The National Catholic Review
As Catholics we have no problem with the time-bound nature of the Bible. In fact we appreciate it, believing that the scriptures deserve to be read within their context, and also need careful interpretation. And while the Christian Feminists may not choose to have today’s first reading as the opening text at their next convention, we would be mistaken to hear it only in terms of our world today.

The Book of Proverbs is a distillation of sayings and teachings which had grown up over hundreds of years, most probably from Rabbis and Scribes. Its world is a vastly different one to ours. This is clearly seen in the tasks of the "capable wife." She is praised for her work with wool, flax, in the vineyard and in real estate. It’s only in the context of an agrarian society that the power of this text makes sense.

Until quite recently, women in Palestinian society, and in wider society for that matter, were considered the "possessions" of their husbands. They could be bought, sold, divorced, or killed without any appeal to the law. Wives in this society had no legally recognized human rights. They expected to serve and shut-up.

By contrast, then, this text from the Book of Proverbs, which can seem so old-fashioned to us, was a liberating text in its day. A women’s right to work is not only defended, but also extolled. She is praised for her creativity, wisdom, goodness, strength, sense of justice, generosity, joy, and faith. In any age and for either gender this is not a bad list of virtues toward which we should all aspire.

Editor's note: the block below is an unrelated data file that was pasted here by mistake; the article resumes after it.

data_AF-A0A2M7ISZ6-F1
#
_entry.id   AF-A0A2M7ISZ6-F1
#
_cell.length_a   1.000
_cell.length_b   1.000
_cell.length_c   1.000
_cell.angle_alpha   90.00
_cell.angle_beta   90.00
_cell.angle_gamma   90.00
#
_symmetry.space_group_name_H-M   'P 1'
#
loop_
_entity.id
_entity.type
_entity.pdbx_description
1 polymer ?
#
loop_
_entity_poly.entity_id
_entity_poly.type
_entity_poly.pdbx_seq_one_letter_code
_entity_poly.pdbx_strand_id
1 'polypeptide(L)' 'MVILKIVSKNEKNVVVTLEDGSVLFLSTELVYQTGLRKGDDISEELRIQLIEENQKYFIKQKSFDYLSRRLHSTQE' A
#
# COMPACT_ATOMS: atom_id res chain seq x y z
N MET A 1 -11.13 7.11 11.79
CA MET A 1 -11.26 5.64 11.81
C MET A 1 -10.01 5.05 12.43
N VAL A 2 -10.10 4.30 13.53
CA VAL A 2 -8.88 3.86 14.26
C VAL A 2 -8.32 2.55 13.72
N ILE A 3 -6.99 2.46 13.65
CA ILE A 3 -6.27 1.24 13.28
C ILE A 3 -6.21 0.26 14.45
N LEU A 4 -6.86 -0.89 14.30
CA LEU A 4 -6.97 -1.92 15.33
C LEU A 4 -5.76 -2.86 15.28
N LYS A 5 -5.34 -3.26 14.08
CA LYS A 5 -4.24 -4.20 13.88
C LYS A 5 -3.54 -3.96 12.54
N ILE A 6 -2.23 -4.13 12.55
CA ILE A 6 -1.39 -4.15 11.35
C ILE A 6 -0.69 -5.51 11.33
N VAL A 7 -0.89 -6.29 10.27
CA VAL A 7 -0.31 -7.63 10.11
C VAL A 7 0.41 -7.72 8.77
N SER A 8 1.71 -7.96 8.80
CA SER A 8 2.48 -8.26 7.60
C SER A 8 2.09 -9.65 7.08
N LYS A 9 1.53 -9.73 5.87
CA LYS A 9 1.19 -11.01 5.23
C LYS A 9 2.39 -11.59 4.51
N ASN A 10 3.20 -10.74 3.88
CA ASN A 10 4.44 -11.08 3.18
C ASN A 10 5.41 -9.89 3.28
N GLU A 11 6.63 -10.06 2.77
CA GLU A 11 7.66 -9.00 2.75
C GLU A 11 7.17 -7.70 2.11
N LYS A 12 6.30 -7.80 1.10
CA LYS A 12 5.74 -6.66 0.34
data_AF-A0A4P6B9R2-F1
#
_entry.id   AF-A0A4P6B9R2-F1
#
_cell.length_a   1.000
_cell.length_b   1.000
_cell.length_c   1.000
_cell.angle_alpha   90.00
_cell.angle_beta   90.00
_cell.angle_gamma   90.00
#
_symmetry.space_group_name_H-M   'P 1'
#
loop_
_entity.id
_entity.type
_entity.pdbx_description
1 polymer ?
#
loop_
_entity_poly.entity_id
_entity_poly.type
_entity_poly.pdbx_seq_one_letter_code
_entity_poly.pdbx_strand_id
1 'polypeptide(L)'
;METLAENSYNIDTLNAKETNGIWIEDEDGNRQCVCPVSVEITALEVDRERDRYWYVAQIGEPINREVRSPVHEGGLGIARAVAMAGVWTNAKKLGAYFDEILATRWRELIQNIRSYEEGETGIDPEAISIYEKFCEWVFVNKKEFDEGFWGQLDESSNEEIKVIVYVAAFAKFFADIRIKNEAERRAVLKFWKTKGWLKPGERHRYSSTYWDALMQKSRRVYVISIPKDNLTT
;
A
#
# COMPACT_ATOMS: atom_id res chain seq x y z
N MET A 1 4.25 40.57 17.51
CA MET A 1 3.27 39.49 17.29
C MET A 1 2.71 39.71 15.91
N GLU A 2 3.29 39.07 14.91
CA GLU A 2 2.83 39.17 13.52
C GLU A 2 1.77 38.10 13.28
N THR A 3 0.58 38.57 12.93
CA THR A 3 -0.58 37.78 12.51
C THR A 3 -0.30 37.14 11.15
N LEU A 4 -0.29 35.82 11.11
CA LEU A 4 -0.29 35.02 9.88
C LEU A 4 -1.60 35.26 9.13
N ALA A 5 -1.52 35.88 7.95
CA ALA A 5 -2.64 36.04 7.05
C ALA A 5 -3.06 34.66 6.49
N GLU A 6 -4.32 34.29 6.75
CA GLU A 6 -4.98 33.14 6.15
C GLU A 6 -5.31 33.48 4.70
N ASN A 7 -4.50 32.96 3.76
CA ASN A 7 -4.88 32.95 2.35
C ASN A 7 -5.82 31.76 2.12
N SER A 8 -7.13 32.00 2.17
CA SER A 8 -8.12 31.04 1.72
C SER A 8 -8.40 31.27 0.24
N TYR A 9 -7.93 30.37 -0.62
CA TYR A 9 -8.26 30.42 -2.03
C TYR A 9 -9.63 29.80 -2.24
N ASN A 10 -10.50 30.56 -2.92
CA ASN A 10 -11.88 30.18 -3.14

And these days of course, through the on-going revelation of the Spirit, we believe that what the Book of Proverbs expects and praises in a capable wife, we should equally look for in a capable husband.

It is almost possible that Jesus had women in mind when he shared the parable of the talents in today’s Gospel. What can often get lost in the debates about who should be ordained in today’s Church, is that women have always and still ’lead’ the Church in powerful and long-lasting ways. From the extraordinary abilities of religious and lay women in Catholic welfare, education, healthcare, overseas missions and theological institutions to wives and mothers whose daily witness to the fidelity and goodness of God, this all reveals in innumerable ways the power of the parable of the talents. The reality is that if it were not for women’s leadership, commitment, and faith, it would be hard how to see how the Church could survive. We would not be able to continue almost all of our ministries.

None of this minimizes the pain and hurt some women have experienced at the hands of the Church. Some feel as though their particular contribution to the life of the Church has not been fully realized.

All we can hope and pray for is that we may find ways to use everyone’s talents for the building up of the Kingdom of God, and that we may see that everyone’s contribution, irrespective of gender, is precious and worthy of praise.

Richard Leonard, S.J.